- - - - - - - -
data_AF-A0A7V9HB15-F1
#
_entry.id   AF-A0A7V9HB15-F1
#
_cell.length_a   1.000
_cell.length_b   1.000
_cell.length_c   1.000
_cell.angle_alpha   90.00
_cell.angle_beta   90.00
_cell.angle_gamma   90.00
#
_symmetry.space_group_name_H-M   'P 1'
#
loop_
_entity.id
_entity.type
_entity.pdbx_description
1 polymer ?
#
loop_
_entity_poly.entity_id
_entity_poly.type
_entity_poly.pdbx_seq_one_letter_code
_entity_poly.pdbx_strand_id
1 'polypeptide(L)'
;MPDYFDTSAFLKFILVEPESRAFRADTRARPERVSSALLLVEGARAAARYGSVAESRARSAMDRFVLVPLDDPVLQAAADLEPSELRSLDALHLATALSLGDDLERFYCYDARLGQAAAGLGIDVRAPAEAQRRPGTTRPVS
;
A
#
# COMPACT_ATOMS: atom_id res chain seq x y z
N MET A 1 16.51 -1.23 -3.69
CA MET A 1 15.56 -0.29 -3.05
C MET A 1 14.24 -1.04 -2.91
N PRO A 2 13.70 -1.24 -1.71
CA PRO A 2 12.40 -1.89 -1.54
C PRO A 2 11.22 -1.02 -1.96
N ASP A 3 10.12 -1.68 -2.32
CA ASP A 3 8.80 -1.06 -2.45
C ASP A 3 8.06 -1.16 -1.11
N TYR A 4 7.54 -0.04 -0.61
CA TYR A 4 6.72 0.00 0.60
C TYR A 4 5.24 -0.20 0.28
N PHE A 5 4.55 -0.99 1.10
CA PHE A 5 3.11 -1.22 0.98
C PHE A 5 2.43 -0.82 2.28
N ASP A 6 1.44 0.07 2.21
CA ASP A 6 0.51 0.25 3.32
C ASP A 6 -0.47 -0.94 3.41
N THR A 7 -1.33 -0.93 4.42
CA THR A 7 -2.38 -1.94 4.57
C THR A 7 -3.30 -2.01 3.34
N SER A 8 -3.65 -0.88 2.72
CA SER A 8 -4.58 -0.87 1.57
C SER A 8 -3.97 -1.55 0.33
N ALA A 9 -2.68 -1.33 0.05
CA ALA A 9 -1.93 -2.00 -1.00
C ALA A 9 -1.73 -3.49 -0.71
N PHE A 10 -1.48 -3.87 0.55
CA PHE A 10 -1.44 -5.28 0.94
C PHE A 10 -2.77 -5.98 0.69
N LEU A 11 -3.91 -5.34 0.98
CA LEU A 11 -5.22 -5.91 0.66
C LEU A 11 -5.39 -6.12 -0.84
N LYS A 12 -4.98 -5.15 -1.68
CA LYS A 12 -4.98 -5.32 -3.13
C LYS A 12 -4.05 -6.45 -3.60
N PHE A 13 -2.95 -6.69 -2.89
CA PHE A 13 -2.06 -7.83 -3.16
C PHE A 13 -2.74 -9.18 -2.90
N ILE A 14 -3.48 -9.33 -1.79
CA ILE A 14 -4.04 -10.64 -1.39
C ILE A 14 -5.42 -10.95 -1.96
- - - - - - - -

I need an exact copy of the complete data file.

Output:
data_AF-A0A7V9HB15-F1
#
_entry.id   AF-A0A7V9HB15-F1
#
_cell.length_a   1.000
_cell.length_b   1.000
_cell.length_c   1.000
_cell.angle_alpha   90.00
_cell.angle_beta   90.00
_cell.angle_gamma   90.00
#
_symmetry.space_group_name_H-M   'P 1'
#
loop_
_entity.id
_entity.type
_entity.pdbx_description
1 polymer ?
#
loop_
_entity_poly.entity_id
_entity_poly.type
_entity_poly.pdbx_seq_one_letter_code
_entity_poly.pdbx_strand_id
1 'polypeptide(L)'
;MPDYFDTSAFLKFILVEPESRAFRADTRARPERVSSALLLVEGARAAARYGSVAESRARSAMDRFVLVPLDDPVLQAAADLEPSELRSLDALHLATALSLGDDLERFYCYDARLGQAAAGLGIDVRAPAEAQRRPGTTRPVS
;
A
#
# COMPACT_ATOMS: atom_id res chain seq x y z
N MET A 1 16.51 -1.23 -3.69
CA MET A 1 15.56 -0.29 -3.05
C MET A 1 14.24 -1.04 -2.91
N PRO A 2 13.70 -1.24 -1.71
CA PRO A 2 12.40 -1.89 -1.54
C PRO A 2 11.22 -1.02 -1.96
N ASP A 3 10.12 -1.68 -2.32
CA ASP A 3 8.80 -1.06 -2.45
C ASP A 3 8.06 -1.16 -1.11
N TYR A 4 7.54 -0.04 -0.61
CA TYR A 4 6.72 0.00 0.60
C TYR A 4 5.24 -0.20 0.28
N PHE A 5 4.55 -0.99 1.10
CA PHE A 5 3.11 -1.22 0.98
C PHE A 5 2.43 -0.82 2.28
N ASP A 6 1.44 0.07 2.21
CA ASP A 6 0.51 0.25 3.32
C ASP A 6 -0.47 -0.94 3.41
N THR A 7 -1.33 -0.93 4.42
CA THR A 7 -2.38 -1.94 4.57
C THR A 7 -3.30 -2.01 3.34
N SER A 8 -3.65 -0.88 2.72
CA SER A 8 -4.58 -0.87 1.57
C SER A 8 -3.97 -1.55 0.33
N ALA A 9 -2.68 -1.33 0.05
CA ALA A 9 -1.93 -2.00 -1.00
C ALA A 9 -1.73 -3.49 -0.71
N PHE A 10 -1.48 -3.87 0.55
CA PHE A 10 -1.44 -5.28 0.94
C PHE A 10 -2.77 -5.98 0.69
N LEU A 11 -3.91 -5.34 0.98
CA LEU A 11 -5.22 -5.91 0.66
C LEU A 11 -5.39 -6.12 -0.84
N LYS A 12 -4.98 -5.15 -1.68
CA LYS A 12 -4.98 -5.32 -3.13
C LYS A 12 -4.05 -6.45 -3.60
N PHE A 13 -2.95 -6.69 -2.89
CA PHE A 13 -2.06 -7.83 -3.16
C PHE A 13 -2.74 -9.18 -2.90
N ILE A 14 -3.48 -9.33 -1.79
CA ILE A 14 -4.04 -10.64 -1.39
C ILE A 14 -5.42 -10.95 -1.96